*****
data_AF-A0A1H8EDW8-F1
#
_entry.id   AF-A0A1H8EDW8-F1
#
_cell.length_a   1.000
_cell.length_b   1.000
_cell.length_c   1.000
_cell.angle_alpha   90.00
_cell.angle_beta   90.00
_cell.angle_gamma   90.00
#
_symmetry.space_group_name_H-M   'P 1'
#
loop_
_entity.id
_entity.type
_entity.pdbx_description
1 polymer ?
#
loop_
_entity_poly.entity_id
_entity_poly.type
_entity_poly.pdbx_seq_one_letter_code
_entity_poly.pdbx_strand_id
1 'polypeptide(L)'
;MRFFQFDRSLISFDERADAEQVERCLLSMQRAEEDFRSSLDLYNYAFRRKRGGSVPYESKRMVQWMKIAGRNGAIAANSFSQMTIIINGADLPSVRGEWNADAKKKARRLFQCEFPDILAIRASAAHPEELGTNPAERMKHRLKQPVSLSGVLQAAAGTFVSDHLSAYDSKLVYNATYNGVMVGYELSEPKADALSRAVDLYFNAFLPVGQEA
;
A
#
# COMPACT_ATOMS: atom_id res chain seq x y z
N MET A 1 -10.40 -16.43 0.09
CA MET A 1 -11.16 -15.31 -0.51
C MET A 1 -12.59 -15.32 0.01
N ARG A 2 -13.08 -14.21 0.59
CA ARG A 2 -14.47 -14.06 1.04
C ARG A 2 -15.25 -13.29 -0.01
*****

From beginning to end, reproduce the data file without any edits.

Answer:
data_AF-A0A1H8EDW8-F1
#
_entry.id   AF-A0A1H8EDW8-F1
#
_cell.length_a   1.000
_cell.length_b   1.000
_cell.length_c   1.000
_cell.angle_alpha   90.00
_cell.angle_beta   90.00
_cell.angle_gamma   90.00
#
_symmetry.space_group_name_H-M   'P 1'
#
loop_
_entity.id
_entity.type
_entity.pdbx_description
1 polymer ?
#
loop_
_entity_poly.entity_id
_entity_poly.type
_entity_poly.pdbx_seq_one_letter_code
_entity_poly.pdbx_strand_id
1 'polypeptide(L)'
;MRFFQFDRSLISFDERADAEQVERCLLSMQRAEEDFRSSLDLYNYAFRRKRGGSVPYESKRMVQWMKIAGRNGAIAANSFSQMTIIINGADLPSVRGEWNADAKKKARRLFQCEFPDILAIRASAAHPEELGTNPAERMKHRLKQPVSLSGVLQAAAGTFVSDHLSAYDSKLVYNATYNGVMVGYELSEPKADALSRAVDLYFNAFLPVGQEA
;
A
#
# COMPACT_ATOMS: atom_id res chain seq x y z
N MET A 1 -10.40 -16.43 0.09
CA MET A 1 -11.16 -15.31 -0.51
C MET A 1 -12.59 -15.32 0.01
N ARG A 2 -13.08 -14.21 0.59
CA ARG A 2 -14.47 -14.06 1.04
C ARG A 2 -15.25 -13.29 -0.01